With the growing popularity of inexpensive netbooks and nettop PCs, the Linux operating system (often installed on the lowest-priced budget units) is reaching a wider audience--although nowhere close to giving Windows or the Mac OS a run for their money (albeit Mac OS X is based on a Unix kernel). Some pundits even argue that the Linux OS has finally matured enough to the point where everyday computer users can use it with little trouble. This might be arguable, but the often free or inexpensive nature of the different Linux distributions, as well as the plethora of free open-source Linux applications, makes the OS an appealing option to users on a budget.
But what if you could "dumb down" the Linux OS to its bare essentials, limit its focus to mostly Web-based tasks, make it dead-simple to use, and sell it for less than $20? Could that appeal to users? The folks over and Xandros think so with their Linux-based Presto OS.
Presto is an "instant-on" OS that is meant to give you quick and easy access to a number of Web-centric tasks, such as surfing the Internet, sending Web-based e-mail, sending instant messages, and making Skype calls. What makes Presto different than the handful of instant-on OS options presently available is that Presto does not reside in a system's firmware, but instead gets installed onto a Windows system's hard drive. Whereas most other instant-on OS options are only available as an embedded feature of select motherboards, laptops, or systems, virtually anyone with a Windows XP or Vista system can install and use the Presto OS.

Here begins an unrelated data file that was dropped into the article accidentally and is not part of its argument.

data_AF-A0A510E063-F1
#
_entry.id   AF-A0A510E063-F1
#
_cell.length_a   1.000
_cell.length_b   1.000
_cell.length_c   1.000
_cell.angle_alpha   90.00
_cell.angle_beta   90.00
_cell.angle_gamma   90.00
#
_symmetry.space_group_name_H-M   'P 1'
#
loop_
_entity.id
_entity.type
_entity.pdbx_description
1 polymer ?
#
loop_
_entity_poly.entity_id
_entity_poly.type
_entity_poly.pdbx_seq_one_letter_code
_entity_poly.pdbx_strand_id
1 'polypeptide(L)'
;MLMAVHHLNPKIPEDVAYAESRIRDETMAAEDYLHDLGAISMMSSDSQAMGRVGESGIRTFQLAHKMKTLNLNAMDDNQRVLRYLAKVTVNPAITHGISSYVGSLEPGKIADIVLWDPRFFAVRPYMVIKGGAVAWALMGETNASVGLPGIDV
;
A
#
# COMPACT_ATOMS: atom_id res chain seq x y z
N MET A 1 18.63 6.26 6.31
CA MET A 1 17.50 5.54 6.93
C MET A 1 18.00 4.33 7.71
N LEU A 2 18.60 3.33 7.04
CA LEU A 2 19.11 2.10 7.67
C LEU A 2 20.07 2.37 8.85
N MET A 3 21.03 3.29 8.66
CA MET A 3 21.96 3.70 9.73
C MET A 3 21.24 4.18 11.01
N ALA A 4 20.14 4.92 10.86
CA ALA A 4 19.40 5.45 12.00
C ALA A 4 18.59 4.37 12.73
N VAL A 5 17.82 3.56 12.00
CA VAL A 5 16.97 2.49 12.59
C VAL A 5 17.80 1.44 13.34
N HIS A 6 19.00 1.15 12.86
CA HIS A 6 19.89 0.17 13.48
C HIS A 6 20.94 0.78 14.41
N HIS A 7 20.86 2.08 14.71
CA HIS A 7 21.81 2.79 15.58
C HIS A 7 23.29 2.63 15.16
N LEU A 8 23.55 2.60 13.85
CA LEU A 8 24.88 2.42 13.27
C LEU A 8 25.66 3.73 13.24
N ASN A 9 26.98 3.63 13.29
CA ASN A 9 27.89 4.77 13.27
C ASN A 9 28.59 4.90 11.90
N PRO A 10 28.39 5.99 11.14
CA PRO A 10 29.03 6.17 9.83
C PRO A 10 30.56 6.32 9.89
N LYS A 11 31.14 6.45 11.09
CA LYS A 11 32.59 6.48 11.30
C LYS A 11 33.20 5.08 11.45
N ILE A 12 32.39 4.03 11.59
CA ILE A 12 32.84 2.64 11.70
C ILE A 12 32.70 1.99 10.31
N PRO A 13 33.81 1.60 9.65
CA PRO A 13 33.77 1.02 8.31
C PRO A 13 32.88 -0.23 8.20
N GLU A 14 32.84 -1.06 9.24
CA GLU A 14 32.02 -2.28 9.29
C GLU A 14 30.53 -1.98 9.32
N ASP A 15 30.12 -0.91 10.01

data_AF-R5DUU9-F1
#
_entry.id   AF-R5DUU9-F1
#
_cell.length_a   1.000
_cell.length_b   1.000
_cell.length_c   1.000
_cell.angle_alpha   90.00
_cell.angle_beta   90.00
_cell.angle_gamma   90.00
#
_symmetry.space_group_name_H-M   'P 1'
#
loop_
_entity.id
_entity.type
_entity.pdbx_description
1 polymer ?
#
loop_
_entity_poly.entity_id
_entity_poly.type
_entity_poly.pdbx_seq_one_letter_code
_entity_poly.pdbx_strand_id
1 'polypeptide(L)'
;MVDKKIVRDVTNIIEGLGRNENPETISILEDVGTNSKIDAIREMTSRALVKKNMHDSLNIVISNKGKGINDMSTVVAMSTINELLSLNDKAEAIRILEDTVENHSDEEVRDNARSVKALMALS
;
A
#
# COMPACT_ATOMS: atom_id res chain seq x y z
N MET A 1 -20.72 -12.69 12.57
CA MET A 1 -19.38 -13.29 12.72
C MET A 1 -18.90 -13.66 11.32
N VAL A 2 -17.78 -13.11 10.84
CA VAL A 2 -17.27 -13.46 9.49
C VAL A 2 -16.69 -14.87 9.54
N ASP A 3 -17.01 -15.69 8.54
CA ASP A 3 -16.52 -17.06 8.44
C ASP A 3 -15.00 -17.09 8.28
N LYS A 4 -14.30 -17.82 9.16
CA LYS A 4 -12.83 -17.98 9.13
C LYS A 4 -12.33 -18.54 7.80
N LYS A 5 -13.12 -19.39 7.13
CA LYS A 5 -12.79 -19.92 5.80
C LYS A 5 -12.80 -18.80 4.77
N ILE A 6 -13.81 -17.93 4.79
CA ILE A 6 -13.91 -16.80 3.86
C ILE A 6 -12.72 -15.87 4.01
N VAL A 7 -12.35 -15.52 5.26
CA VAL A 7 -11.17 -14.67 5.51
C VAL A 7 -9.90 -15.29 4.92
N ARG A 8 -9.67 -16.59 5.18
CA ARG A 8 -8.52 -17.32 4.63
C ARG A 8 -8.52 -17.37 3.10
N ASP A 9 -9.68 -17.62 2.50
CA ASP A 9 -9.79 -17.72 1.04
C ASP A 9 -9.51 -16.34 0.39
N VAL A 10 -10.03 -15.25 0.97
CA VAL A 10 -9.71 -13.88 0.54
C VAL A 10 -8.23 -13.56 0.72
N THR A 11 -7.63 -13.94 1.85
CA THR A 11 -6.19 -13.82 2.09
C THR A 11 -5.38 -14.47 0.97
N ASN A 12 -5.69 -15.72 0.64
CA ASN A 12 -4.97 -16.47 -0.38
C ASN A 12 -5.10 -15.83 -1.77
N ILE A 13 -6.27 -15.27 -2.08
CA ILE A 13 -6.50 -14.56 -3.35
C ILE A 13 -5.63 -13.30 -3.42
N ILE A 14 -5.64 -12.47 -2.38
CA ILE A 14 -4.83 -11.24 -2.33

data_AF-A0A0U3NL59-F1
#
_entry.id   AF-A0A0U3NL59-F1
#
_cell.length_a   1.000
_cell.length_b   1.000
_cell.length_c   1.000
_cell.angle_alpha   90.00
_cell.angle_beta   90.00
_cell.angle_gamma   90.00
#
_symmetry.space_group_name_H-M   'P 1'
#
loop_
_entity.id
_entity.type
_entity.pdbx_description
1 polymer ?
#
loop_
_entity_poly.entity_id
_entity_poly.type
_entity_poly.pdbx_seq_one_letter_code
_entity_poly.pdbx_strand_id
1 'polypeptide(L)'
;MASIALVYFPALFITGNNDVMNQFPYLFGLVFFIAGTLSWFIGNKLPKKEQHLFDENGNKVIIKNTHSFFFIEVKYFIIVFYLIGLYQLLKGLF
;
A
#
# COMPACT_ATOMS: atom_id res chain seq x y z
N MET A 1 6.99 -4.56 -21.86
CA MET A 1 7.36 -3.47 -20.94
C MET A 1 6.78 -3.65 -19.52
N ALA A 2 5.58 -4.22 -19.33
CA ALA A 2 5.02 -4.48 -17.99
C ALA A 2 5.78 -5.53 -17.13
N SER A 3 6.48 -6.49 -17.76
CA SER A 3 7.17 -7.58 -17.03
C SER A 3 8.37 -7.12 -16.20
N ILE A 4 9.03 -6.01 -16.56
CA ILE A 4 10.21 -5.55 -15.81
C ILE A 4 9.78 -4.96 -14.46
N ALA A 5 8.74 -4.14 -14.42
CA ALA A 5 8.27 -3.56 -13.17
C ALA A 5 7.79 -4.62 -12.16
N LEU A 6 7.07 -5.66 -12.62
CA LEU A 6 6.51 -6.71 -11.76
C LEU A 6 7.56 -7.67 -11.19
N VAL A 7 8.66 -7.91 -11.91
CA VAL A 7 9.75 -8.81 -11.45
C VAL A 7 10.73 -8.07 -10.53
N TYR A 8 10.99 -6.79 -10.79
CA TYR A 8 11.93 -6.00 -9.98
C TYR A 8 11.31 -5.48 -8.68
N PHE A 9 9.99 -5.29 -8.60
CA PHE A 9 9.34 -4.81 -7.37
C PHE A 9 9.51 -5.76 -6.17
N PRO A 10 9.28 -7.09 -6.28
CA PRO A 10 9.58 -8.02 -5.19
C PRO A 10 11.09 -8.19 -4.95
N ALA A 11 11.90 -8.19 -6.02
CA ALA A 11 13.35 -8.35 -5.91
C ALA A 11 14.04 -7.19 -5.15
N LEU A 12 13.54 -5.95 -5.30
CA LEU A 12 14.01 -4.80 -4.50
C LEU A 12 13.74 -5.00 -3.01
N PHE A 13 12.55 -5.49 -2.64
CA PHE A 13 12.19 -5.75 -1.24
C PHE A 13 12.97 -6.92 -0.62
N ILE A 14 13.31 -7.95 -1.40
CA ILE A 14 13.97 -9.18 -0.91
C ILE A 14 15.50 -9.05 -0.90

Presto was developed by the same company that produces the Xandros Linux distro; however, a company spokesperson tells us that "Presto is built on an entirely new customized Linux platform compared to previous Xandros distros. Our new platform incorporates Moblin v2 technology (we worked closely with Intel on that) and is moving towards compliance with the Moblin v2 specification." In many ways, Presto is similar in form and function to the Splashtop instant-on OS that is embedded into some Asus motherboards and laptops.
- Windows XP or Vista system (Presto will not run on Windows 95, 2000, ME; Mac OS X; or Linux)
- Windows File System must be NTFS (without disk encryption)
- At least 3.5GB of free space
- At least 512MB RAM
- Presto cannot be installed on systems with SCSI or RAID hard disks
| Presto gets installed in Windows and resides in the|
Program Files folder.
You can download Presto from Download.com or via the official Presto Torrent. Presto installs on Windows XP and Vista systems and needs at least 3.5GB of hard disk space (Xandros states that "Windows 7 will be supported in a future version"). Presto installs as an executable (EXE) within Windows into the C:\Program Files\Presto folder (or C:\Program Files (x86)\Presto if it is a 64-bit version of Windows). Presto does not make any changes to the hard drive's partitions. The only notable system-level change that the Presto install does is to add the Presto OS to the Windows Boot Manager, so that the Presto OS appears as a boot option when you boot up the computer. All of the Presto files reside in Windows folders on the hard drive. You can think of a Windows-Presto system as a dual-boot system, but without needing to partition the hard drive or add a second hard drive.
Once you launch Presto for the first time, it will be fully functional for 7 days. Anytime during the 7-day trial (as well as after), you can purchase a license key for $19.95.